Fishing St. Mary’s is a commitment and will eat up a day very easily. The numbers and size of fish in the St. Mary’s are fewer and smaller than the other rivers; the scenic nature of the canyon however more than makes up for it. It is great hike and fish river, but you need to be sure you are up for it. Take some emergency gear, food and water with you. You may want to look at topo map to see what you are getting into.
If you go let me know what you think.
In part 1, I wrote that I would be sharing some notes on five of my favorite tenkara streams. All are public water, three in the George Washington National Forest, and two in the Shenandoah National Park. This is the second stream in the series, Skidmore Fork
Skidmore Fork is a tributary of Dry River that flows into and out of Switzer Lake. The section below the lake is the easiest to get to and fish so that is what I will focus on.
Skidmore Fork is easy to reach. From Harrisonburg, Va. take 33 west. About 6 miles from Riven Rock Park is a moderate sized parking area on your left. If you start-up the hill you went to far.
Skidmore is a soft gradient stream with the typical pools, riffles and runs. You can fish up from this first ford all the way to the base of Switzer Lake or down to where Skidmore meets Dry River. If you fish up, a logging road runs along the stream and makes access and egress very easy. The logging road crosses the stream four times before it gets to Switzer Lake.
Skidmore does not offer the wide open casting that you will find on Ramsey’s Draft or the Dry River. I fish a shorter rod like the Patagonia Soft Hackle or Tenkara USA Rhodo.
Here, like Ramsey’s draft, a dry or dry-dropper rig works well; either Adams or BWO parachutes. For nymphs try a Pheasant Tail, Gold Ribbed Hare’s ear or Copper John. A few Quill Gordons, March Browns and Sulfurs for mayfly imitations; little black stoneflies, yellow sallies and some tan and olive caddis round out the assortment. Of course if you want to go the full tenkara route then try an Oki or Ishigaki. Check with Mossy Creek Fly Fishing to get the latest on what’s working.
Skidmore can easily occupy a full day of fishing, offering plenty of variety to keep you entertained the entire time. By the way, on your way to Skidmore you will be driving along the Dry River, which is also an excellent brook trout stream. No one would blame you if you yielded to temptation and stopped at the many pull-offs along the way to give the Dry a try.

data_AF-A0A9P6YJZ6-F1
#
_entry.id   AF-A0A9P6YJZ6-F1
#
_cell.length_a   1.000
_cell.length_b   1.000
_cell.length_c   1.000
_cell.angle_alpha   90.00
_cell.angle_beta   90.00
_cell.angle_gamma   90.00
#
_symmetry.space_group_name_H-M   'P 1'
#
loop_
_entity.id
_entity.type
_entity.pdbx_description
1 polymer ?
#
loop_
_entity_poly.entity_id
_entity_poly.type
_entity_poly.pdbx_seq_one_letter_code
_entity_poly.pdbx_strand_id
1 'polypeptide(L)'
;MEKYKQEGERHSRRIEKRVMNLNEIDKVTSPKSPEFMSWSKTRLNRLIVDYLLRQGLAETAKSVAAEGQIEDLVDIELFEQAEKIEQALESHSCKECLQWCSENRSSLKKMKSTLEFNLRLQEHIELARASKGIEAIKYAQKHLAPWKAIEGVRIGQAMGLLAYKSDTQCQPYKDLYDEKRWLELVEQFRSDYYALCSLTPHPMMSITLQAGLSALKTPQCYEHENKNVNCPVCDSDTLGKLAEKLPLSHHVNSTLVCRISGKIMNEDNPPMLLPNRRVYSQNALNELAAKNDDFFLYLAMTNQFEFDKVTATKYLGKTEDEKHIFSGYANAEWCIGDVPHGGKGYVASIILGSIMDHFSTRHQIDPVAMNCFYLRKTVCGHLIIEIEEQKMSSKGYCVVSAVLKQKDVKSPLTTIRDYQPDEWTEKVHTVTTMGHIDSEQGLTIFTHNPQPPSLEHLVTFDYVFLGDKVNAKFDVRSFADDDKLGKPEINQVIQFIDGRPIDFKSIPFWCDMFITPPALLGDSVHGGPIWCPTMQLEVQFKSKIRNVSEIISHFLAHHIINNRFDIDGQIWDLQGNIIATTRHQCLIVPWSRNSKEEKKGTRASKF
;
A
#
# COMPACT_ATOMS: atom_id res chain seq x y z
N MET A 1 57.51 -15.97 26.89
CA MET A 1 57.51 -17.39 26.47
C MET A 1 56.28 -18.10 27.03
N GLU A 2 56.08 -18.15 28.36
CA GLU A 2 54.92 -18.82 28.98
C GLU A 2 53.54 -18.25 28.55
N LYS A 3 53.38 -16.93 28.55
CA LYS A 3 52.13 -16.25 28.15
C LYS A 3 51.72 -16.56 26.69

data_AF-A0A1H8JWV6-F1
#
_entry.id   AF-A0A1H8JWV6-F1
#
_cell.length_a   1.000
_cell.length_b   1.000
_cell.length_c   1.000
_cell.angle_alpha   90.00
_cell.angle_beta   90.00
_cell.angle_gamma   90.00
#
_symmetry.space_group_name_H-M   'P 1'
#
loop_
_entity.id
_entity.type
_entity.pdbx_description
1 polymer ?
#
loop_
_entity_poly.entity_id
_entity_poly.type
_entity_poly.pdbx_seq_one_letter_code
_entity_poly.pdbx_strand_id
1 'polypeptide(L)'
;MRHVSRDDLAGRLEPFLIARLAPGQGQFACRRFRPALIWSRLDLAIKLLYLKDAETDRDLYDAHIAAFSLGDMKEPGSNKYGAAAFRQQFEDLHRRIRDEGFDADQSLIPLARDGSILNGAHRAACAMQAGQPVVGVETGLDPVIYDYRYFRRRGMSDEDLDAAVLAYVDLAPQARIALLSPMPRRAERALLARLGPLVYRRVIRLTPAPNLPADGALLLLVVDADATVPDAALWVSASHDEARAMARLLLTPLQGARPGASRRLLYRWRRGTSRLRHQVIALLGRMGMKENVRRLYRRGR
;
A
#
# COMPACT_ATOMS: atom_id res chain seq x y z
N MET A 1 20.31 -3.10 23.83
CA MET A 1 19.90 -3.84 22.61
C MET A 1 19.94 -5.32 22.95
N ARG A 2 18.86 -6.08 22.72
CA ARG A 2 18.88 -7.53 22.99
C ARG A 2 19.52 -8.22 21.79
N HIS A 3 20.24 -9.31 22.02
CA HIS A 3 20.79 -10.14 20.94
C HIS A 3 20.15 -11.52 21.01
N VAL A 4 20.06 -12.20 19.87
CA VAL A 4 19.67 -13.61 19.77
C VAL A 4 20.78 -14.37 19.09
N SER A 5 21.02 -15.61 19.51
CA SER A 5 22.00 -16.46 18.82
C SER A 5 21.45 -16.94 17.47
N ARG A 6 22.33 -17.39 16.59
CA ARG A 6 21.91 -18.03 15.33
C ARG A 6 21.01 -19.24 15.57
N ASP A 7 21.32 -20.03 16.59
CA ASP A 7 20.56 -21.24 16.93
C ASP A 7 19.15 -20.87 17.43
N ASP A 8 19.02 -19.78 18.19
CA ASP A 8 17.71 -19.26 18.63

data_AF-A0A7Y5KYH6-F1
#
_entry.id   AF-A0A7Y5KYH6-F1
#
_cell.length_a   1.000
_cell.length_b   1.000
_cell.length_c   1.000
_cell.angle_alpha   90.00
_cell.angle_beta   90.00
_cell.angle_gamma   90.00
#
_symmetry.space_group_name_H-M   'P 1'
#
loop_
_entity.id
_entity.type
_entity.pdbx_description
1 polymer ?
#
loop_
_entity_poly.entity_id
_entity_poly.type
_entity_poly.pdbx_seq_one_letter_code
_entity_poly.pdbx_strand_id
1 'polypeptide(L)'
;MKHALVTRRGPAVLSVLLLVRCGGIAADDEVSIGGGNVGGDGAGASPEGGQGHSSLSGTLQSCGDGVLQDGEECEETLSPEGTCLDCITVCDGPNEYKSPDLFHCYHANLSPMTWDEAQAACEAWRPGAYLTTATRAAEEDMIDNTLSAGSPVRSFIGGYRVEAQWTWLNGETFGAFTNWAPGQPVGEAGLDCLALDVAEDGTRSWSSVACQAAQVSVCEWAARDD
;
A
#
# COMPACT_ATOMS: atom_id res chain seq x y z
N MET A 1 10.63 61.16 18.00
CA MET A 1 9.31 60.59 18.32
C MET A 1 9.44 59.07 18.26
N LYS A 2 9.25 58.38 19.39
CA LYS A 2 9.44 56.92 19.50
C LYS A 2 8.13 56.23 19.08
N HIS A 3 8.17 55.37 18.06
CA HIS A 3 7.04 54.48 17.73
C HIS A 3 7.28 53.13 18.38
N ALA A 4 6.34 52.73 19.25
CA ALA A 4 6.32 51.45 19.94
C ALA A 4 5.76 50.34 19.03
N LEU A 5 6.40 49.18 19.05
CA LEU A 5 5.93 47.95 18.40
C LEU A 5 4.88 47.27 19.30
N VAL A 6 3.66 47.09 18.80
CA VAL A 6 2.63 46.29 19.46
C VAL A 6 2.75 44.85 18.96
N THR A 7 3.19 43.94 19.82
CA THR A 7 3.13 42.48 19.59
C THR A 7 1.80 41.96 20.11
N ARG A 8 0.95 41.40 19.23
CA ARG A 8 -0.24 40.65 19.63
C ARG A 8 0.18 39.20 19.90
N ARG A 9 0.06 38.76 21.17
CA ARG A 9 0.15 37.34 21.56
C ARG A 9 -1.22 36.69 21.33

If you go let me know what you think.
The 2013 Tenkara Summit will be in Harrisonburg, Va. on May 11 and 12, hosted by Tenkara USA and Mossy Creek Fly Fishing. I am excited to be part of the team planning and hosting the summit and because many folks are not familiar with the bounty of brook trout fishing here in the Valley I thought I would share some notes on some of my favorites. All are public water:
St. Mary’s River
I will start with Ramsey’s and over the next couple of weeks I’ll write about the others.
You will find Ramsey’s Draft 4.5 miles west of West Augusta, Va. on route 250. Look for Mountain House Day Use Area on your right as you are headed west. There is plenty of parking in two areas; the paved lot with picnic tables and a smaller unpaved lot across the low water bridge.
Once you are geared up you can fish up or down stream from the parking areas. Most of the water is above the parking areas but a trip downstream is worth the time. If you want to hike in a bit you will find an easy trail that heads upstream from the parking area and runs along and crosses the stream a few times. It is very easy to move along and fish where it suits you. Ramsey’s is a pool-run-riffle stream and for the most part gives you lot’s of casting room. It is a low gradient stream so you will not be scrambling over boulders or falls.
Here is an interesting story about Ramsey’s. Colby and Brian Trow, the owners of Mossy Creek Fly Fishing, took Tom Rosenbauer of Orvis here. Colby fished his tenkara rod in pools that Tom had just fished and caught fish left and right. It was then that Tom decided he needed to give tenkara a try and spent the afternoon fishing tenkara on Ramsey’s.
I generally fish a dry or dry-dropper rig; either Adams or BWO parachutes. For nymphs I will use a Pheasant Tail or Gold Ribbed Hare’s ear. You might want a few Quill Gordons, March Browns and Sulfurs for mayfly imitations. Little black stoneflies, yellow sallies and some tan and olive caddis round out the assortment. Of course if you want to go the full tenkara route then try an Oki or Ishigaki. Check with Mossy Creek Fly Fishing to get the latest on what’s working.
Fishing Ramsey’s is not hard but you want to plan your route in each section. The water is shallow and you can easily spook fish if you are not careful. Wade carefully and look ahead for the next good spot. The runs can be surprisingly good especially if you take the time to study the water and pick out the small pockets and holding water. The pools are spaced out so you have lots of water between them to drop a fly into. Ramsey’s rewards patience and a stealthy approach. If you think it might hold a fish it is a good idea to check, you will be surprised how often you are right.
If you fish Ramsey’s let me know what you think!